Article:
Over the years, there have been some really great worship songs written. Looking all the way back to the early years of the church, there are songs that were written hundreds of years ago that still work today.
But there are also ones that, well… they just stink. Most of the time, you don’t know that they’re bad songs – at least not right away. Everyone’s singing it, you hear it everywhere and you get caught up in the moment before you know what’s going on. Then one day you step back, engage your brain and suddenly think “my word, is that what I’ve been singing all this time?!”
Below is my list of bad worship songs. I’ll admit, many of them I’ve done before – I even liked it when we did them. But that doesn’t excuse the fact that they’re just bad. While I think the evidence for them to be on this list is convincing, it is simply my opinion. If you happen to love one or more of these songs, that’s totally ok.
In no particular order: My personal list of Bad Worship Songs
- Come, Now is the Time to Worship: This is one of those songs that comes with it’s own instructions: “Put me first”. Where can you put this song except at the beginning? Also, it’s a grammatical nightmare. It’s full of pronouns, but there’s nothing to tell the casual observer to what the pronouns are referencing – and it’s different through the song! The first part is directed toward the worshipper (“now is the time to give your heart.”); the second is referring to God (“who gladly choose you now”). And don’t forget the way we have to half sing/half whisper “come” at the end.
- I Could Sing of Your Love Forever: I know there are people who absolutely love this song, but it just doesn’t work well. First, the chorus sounds like you’re trying to prove the lyrics (“I could sing of your love forever, I could sing of your love forever, I could…” you get the picture). And then there’s the bridge. The lyrics, “Oh, I feel like dancing”, should be happy, but the music makes me feel like crying. Let’s sing about dancing to music that makes me depressed. Let’s also not forget that there’s nearly two times too many words in the verse – it’s almost impossible to sing at a good tempo for the rest of the song!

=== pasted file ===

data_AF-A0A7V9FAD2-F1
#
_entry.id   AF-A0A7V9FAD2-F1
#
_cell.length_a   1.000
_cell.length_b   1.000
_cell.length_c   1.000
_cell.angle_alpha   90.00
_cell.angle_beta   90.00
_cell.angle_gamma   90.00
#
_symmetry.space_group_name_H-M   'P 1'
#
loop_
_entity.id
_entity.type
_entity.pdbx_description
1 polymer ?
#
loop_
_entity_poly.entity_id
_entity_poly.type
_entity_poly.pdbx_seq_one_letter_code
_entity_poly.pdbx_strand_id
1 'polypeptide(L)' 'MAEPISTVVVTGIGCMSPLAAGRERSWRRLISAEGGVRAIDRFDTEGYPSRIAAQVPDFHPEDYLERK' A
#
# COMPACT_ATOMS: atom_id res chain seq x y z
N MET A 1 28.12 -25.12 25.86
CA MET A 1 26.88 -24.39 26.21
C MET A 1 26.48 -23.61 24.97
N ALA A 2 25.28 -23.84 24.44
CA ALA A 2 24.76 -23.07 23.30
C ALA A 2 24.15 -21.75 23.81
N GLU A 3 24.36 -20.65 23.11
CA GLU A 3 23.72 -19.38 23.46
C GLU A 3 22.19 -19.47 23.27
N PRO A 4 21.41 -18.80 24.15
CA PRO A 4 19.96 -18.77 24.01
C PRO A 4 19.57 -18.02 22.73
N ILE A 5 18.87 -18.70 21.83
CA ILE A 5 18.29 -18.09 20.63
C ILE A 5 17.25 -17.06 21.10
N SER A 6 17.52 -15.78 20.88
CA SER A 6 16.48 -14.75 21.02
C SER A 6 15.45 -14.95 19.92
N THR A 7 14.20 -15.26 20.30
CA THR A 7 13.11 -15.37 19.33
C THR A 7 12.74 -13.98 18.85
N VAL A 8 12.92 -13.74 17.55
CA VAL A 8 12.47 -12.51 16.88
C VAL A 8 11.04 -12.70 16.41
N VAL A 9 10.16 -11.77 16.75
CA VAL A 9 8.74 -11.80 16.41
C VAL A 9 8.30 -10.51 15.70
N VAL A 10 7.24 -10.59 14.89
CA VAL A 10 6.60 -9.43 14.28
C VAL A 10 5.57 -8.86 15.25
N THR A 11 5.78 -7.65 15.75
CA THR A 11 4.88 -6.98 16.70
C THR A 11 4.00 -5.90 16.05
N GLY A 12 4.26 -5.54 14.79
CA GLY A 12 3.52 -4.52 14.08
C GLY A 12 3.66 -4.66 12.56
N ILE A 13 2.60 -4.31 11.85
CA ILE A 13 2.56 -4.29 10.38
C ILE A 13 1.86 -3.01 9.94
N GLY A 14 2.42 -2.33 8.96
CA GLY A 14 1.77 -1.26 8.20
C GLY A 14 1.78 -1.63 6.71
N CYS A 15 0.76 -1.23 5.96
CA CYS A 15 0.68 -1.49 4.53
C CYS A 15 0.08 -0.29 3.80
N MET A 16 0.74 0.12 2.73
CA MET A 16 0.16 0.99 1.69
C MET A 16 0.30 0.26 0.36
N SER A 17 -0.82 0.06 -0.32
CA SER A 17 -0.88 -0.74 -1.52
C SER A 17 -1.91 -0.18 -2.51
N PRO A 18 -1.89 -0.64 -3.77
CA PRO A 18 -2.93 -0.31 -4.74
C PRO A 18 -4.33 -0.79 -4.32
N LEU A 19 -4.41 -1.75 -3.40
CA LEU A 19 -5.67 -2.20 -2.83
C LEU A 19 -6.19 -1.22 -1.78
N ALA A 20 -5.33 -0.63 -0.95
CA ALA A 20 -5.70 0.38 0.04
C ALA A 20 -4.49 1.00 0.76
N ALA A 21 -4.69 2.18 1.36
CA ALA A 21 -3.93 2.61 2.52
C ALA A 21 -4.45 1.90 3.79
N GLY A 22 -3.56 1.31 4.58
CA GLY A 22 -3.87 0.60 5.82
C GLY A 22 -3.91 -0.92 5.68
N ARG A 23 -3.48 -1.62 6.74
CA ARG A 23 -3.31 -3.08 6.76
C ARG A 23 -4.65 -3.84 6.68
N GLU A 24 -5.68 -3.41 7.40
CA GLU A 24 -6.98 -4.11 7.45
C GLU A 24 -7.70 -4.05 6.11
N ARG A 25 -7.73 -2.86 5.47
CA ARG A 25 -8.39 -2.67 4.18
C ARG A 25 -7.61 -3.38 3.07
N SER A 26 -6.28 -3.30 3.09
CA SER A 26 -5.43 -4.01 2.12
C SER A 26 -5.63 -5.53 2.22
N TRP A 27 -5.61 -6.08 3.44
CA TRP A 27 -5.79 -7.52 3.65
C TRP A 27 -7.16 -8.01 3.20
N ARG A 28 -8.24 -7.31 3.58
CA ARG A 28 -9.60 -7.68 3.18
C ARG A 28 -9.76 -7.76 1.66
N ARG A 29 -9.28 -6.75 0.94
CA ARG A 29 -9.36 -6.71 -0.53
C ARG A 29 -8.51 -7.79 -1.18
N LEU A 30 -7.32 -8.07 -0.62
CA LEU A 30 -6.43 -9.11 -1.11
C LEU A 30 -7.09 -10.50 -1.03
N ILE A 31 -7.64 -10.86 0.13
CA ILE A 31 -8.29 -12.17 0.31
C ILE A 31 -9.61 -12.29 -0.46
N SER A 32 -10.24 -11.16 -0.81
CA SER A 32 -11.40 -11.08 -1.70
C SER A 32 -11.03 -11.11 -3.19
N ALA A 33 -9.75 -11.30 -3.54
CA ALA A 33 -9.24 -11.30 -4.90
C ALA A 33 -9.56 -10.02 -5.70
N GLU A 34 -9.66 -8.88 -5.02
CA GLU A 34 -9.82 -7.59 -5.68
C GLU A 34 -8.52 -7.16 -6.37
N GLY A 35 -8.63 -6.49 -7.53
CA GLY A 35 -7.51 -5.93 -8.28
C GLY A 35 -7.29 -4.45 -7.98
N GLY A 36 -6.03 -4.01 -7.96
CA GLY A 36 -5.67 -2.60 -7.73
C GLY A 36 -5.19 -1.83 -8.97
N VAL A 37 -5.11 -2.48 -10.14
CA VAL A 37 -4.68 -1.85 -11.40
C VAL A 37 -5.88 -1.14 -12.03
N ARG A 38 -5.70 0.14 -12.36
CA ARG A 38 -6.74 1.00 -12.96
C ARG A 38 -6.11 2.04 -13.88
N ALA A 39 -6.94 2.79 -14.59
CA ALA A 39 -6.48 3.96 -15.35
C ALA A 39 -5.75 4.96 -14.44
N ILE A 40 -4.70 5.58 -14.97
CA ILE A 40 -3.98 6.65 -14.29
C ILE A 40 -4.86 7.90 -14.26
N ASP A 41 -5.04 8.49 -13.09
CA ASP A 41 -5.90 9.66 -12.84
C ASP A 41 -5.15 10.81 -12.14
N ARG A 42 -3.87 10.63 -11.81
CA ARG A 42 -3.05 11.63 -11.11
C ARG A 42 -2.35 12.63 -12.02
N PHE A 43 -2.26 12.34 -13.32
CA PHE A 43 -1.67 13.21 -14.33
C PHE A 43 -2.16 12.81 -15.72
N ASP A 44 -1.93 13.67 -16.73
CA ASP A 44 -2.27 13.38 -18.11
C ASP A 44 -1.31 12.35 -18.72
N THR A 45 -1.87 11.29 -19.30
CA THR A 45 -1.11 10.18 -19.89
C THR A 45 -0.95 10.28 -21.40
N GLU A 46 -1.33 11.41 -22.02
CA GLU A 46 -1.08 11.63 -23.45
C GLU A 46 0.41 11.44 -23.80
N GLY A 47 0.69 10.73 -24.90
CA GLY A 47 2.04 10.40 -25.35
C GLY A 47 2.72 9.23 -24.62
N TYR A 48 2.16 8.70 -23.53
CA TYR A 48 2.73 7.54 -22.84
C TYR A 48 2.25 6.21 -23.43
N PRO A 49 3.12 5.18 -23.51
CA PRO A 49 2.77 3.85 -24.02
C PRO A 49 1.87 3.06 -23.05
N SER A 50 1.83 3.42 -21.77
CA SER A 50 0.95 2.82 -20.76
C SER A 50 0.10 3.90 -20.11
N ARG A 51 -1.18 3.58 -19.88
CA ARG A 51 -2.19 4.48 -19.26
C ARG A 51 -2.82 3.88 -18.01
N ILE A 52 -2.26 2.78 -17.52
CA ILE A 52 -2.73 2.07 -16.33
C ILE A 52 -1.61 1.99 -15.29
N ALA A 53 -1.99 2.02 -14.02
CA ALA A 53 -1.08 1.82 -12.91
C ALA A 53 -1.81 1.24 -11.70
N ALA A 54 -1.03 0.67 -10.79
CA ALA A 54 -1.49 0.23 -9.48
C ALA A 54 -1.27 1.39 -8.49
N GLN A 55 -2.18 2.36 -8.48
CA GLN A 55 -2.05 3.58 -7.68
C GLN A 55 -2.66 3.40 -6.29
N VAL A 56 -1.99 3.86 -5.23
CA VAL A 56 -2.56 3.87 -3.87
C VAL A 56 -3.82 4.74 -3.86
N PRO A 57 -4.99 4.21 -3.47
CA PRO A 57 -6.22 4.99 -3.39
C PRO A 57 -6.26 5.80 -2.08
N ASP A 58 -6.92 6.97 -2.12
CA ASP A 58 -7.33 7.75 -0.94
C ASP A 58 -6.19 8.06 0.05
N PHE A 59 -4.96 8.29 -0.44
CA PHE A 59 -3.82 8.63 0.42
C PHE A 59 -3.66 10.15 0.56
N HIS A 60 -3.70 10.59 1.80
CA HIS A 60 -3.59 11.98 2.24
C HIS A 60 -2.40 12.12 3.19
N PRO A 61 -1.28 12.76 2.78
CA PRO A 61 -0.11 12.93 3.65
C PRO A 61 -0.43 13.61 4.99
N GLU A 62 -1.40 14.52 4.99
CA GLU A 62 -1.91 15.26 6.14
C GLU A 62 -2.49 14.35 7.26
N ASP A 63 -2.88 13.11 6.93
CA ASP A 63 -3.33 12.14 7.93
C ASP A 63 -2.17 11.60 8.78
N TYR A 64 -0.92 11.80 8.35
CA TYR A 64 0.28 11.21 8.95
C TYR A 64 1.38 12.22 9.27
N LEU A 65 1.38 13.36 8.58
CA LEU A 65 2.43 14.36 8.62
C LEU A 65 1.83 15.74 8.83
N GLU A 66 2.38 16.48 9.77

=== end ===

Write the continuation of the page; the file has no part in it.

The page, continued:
- Trading My Sorrows: This is a classic. But who writes a chorus of just 2 words over and over and over (“yes, Lord! yes, Lord! Yes, yes, Lord…”).
- Half of David Crowder’s Songs: It’s a bit general, I know, but it bugs me when lyrics seem random and disconnected. While it’s one thing to just listen to the songs it’s another to sing them in worship.
- Shout to the North: Every time I hear this song, I feel like I need to get out my compass and turn North to properly sing this song. And why leave out South, East and West!?
- Most Rich Mullins Songs: Some folks in the worship community idolize this guy. He passed away in 1997 and has been releasing albums ever since. He’s the guy who gave us “Awesome God”, among others. While the chorus is good (Our God is an awesome God, he reigns from heaven above with wisdom, power and love. Our God is an awesome God.) the verses are outright bizarre. “Oh when He rolls up his sleeves He ain’t just puttin‘ on the ritz…” Just shy of poetic.
- El Shaddai: This is another song with a cult following. While I’m sure there are some people who enjoying singing in Hebrew (Jews, perhaps), it doesn’t mean anything to the average Joe. “El Shaddai, El Shaddai, El Elyon na Adonai“… oy vey! How irrelevant and inaccessible can you be?
So what’s the point? At one point in time, most of these songs were considered to be cutting-edge, must sing songs for the modern church. Since then, they’ve fallen from grace. It’s not that they’re no good, they’re just not as fresh as we once thought.
This should serve as a reminder to worship leaders everywhere: periodically take a close look at your songs to make sure they still hit the mark. Not sure if they do? Put them on the shelf for a while, then come back to them in six months to a year and look with fresh eyes. Some songs will be around for a long time, while others have a shorter shelf life.